Reviewed by Marc Glassman
Nancy Savoca, director and co-script w/Mary Tobler
Starring: Mira Sorvino (Lucy), Tammy Blanchard (Jenny), Mike Doyle (Bill), Patti LuPone (Lucia), Michael Rispoli (Nick), Michael Sirow (Jay)
Director Nancy Savoca recently received a “best in the biz” award from Toronto’s Female Eye Film Festival. It’s just one of many accolades the director has garnered over the years for productions ranging from the Sundance Grand Prize winning feature True Love (1989) to the controversial TV abortion drama If These Walls Could Talk (which starred Demi Moore and Cher). Union Square has been hailed as a comeback for Savoca, who hasn’t directed a film since 2003.
Sisters; mother-daughter relationships; melodrama
Lucy (Mira Sorvino) is going through a crisis; her lover Jay is trying to break up with her via cell phone. Feeling upset and alone in Manhattan, she impulsively decides to see her estranged sister Jenny (Tammy Blanchard), who she hasn’t spoken to in three years.
The two nervously embrace but almost immediately start to quarrel. Jenny is a vegetarian chef; she and her fiancé Bill run a niche business selling organic products. Lucy is a smoker—a no-no in Jenny’s house—and a carnivore.
Bill arrives and succeeds in calming things down—but Lucy quickly realizes that Jenny has told him that she’s from Maine, not the Bronx. Nonetheless, a distraught Lucy stays overnight at their apartment. Over the course of the next day, the sisters start to bond again; Jenny even has a clandestine cigarette with Lucy.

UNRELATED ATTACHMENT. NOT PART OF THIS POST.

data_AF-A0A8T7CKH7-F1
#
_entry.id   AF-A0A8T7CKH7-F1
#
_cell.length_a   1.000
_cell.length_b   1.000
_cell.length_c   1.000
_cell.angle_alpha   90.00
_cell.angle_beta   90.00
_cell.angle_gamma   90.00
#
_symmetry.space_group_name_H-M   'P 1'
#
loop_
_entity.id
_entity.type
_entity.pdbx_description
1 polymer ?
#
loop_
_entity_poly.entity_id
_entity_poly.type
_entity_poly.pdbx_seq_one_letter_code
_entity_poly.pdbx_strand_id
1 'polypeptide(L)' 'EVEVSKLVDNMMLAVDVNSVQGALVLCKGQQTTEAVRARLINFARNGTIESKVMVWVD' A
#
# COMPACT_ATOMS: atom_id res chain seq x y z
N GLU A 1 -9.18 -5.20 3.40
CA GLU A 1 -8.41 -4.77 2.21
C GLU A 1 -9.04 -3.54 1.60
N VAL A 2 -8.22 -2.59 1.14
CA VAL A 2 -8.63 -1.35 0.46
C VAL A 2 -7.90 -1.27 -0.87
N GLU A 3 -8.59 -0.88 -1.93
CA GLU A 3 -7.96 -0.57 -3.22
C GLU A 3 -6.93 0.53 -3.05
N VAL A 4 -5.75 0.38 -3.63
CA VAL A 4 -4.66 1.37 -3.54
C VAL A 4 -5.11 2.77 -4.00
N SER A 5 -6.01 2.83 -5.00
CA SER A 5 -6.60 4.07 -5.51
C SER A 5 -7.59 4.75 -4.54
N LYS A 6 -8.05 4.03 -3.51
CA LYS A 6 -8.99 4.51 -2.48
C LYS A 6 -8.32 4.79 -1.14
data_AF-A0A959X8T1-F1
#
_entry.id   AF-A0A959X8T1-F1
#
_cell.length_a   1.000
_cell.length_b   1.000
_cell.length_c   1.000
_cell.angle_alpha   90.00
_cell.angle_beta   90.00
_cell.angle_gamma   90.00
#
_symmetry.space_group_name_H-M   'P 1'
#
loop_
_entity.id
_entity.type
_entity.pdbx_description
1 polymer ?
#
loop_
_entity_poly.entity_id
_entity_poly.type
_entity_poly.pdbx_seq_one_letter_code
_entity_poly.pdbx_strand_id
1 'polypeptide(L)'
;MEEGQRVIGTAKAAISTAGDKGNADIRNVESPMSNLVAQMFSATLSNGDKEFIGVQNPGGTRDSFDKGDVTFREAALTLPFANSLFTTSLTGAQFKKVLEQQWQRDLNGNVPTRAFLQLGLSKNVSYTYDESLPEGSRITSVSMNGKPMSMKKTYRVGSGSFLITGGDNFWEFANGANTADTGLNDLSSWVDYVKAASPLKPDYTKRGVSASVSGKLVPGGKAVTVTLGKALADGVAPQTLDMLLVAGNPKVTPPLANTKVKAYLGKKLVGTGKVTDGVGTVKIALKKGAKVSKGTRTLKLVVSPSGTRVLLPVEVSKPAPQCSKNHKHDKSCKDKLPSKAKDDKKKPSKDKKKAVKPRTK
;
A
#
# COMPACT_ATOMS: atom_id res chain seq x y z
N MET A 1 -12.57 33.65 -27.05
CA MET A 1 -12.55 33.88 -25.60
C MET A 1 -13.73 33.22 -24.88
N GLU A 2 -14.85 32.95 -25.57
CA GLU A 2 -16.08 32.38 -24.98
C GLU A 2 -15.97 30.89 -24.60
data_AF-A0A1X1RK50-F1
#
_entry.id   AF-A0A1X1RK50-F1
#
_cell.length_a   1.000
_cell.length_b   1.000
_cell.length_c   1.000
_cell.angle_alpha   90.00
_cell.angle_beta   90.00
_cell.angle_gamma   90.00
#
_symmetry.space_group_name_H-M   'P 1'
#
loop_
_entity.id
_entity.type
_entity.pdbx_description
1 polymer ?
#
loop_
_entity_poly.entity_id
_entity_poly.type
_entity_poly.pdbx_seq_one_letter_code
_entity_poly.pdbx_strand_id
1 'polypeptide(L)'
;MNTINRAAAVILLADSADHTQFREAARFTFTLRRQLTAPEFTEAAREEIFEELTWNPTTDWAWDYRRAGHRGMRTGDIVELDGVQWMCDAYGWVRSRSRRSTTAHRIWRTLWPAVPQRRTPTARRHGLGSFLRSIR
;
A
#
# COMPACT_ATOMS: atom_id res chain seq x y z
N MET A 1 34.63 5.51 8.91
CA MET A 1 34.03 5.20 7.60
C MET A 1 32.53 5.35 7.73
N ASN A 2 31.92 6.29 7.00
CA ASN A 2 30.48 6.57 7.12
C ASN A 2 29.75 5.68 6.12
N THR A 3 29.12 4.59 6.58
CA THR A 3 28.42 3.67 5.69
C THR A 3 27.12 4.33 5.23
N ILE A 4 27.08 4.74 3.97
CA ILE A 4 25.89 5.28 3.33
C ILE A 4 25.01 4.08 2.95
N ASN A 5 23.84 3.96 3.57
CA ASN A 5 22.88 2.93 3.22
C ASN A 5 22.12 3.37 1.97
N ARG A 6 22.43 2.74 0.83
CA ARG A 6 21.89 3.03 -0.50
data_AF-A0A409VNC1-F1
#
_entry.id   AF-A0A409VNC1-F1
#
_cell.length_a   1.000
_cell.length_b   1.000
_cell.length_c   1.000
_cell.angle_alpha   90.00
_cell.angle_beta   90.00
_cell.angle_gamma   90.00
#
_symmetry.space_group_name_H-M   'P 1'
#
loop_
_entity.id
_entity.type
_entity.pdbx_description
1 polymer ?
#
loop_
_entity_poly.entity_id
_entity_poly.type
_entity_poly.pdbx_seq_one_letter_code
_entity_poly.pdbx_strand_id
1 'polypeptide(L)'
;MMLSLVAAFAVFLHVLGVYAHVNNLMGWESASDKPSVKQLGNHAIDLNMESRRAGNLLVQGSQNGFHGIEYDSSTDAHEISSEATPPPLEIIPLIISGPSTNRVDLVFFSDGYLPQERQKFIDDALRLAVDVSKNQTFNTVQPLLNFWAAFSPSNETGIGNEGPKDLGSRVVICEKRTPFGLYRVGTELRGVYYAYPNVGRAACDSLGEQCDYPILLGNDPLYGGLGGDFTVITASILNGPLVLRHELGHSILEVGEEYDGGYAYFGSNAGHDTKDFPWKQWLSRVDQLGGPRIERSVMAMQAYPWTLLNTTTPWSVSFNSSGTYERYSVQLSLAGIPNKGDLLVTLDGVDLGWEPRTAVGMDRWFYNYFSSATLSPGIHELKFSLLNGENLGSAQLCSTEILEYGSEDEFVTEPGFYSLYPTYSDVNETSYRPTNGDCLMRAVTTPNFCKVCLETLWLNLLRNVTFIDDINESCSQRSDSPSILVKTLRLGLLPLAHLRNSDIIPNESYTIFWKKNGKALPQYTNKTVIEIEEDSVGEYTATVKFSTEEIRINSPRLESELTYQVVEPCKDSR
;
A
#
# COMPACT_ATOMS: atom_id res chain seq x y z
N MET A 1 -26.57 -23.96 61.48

Jenny finds out that their mother Lucia has died and has to confront her own demons: why she has turned away from her family. Lucy, too, has to get past her affair and commit once again to her husband.
Mira Sorvino takes Tammy Blanchard’s Jenny and the audience on a emotional roller coaster ride. Some will judge her performance as being over-the-top but this critic found it riveting. Blanchard, a seasoned Broadway actress is good but not compelling as Jenny. In one brief scene, the great stage actress and singer Patti Lupone is extraordinary.
Savoca’s work on this film is uneven. The performances range from Sorvino’s scene stealing best to Blanchard’s and Doyle’s relative blandness. The script could have used some tightening and while the ending certainly has an emotional wallop, a well-crafted denouement would have helped the drama considerably.
Savoca has made a film on a low budget in, essentially, one room. She’s to be commended for her effort—but next time out, it would be great if her budget was better and the script, tighter. Union Square should be seen on DVD not in the theatres.